State Spotlight: Arkansas Drops in the Latest Report, but Won’t Stay There for Long!
Arkansas’ ranking fell in the latest report, but improved rates of community water fluoridation and commitment to oral health education among invested stakeholders won’t keep them there for long.
Oral health advocates across Arkansas recognize that quality dental care is essential for a lifetime of well-being. As we age, oral problems tend to become more prevalent as general health begins to decline and cognitive abilities deteriorate. Inadequate training for dental health professionals and caregivers to deliver regular oral health care to older adults and a lack of access to a dental care, lead to poor oral care for aging adults. These factors affected Arkansas’ overall score in the A State of Decay report but, since the last report, interprofessional collaboration and education to providers, families, and caregivers and improved rates of community water fluoridation are reducing barriers to care for aging Arkansans.
Community water fluoridation is an evidence-based public health measure that prevents the rate of tooth decay across all ages. Recognizing the impact fluoridation has on health outcomes and a relatively average community rate, the Delta Dental of Arkansas Foundation has taken an invested interest. To date, the Foundation has contributed 6.7 million dollars in grant funding – impacting nearly 32 water systems and improving the community rate in a few short years.
As a result of this concerted effort, “the community rate of fluoridation went from 66.9% (in 2012) to a current rate of 85.6% which raised Arkansas above the national average,” reported Gregory B. McClure, DMD, MPH, former President of Association of State and Territorial Dental Directors (ASTDD).
To improve oral health education across disciplines, the Delta Dental of Arkansas Foundation partnered with University of Arkansas Medical Sciences Donald W. Reynolds Institute for Aging (RIA) and the Interprofessional Education program to develop an oral health curriculum, specifically, for the elderly in retirement, assisted living, nursing homes, or homebound. The plan focuses on training aging adults, caregivers, and providers on the needs of the aging.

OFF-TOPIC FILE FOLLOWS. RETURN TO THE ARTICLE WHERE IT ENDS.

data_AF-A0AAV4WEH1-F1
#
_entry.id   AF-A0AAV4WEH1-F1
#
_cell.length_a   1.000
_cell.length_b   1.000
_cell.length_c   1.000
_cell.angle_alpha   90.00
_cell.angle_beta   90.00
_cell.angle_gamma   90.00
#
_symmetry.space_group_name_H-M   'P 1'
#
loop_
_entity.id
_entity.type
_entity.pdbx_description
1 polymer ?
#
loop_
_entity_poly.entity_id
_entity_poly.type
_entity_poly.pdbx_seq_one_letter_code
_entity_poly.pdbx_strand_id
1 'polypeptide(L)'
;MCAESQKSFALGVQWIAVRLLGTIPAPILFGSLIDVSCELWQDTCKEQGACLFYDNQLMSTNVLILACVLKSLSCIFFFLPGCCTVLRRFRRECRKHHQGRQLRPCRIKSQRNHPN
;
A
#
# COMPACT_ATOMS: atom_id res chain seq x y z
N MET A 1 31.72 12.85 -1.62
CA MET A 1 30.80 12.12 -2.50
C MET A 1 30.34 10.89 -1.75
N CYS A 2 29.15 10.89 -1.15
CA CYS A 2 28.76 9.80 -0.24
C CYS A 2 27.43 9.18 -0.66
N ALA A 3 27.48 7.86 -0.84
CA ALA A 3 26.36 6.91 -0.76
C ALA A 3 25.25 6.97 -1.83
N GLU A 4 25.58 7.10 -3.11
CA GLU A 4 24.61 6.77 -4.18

Medical and dental personnel will be trained to recognize oral health problems, administer preventative treatments and referrals to a dentist. RIA is developing the training program for caregivers and seniors, which varies based on each person’s abilities.
Delta Dental of Arkansas is also pioneering the use of Silver Diamine Fluoride (SDF) as a non-invasive treatment in the aging population. SDF is a topical fluoride which arrests caries through nonsurgical methods halting disease progression while preserving the remaining tooth structure.
“Many providers across Arkansas have begun using SDF as a form of treatment and have found it to be easy to incorporate into their dental practice,” says Dr. Robert Mason, Vice President of Professional Relations and Dental Director at Delta Dental of Arkansas. “Many case studies focus on its use on adolescents and special needs populations, but SDF has also been shown to be effective in management of root caries in the adult and elderly.”
Finally, the Arkansas Office of Oral Health and the Arkansas Oral Health Coalition are working together to update the state’s oral health plan to include recommendations of evidenced-based solutions to develop a framework to improve oral health needs of aging individuals.
Taking all this into account, Arkansas is positioned to not only improve the oral health outcomes of the aging population, but improve its ranking in the next report.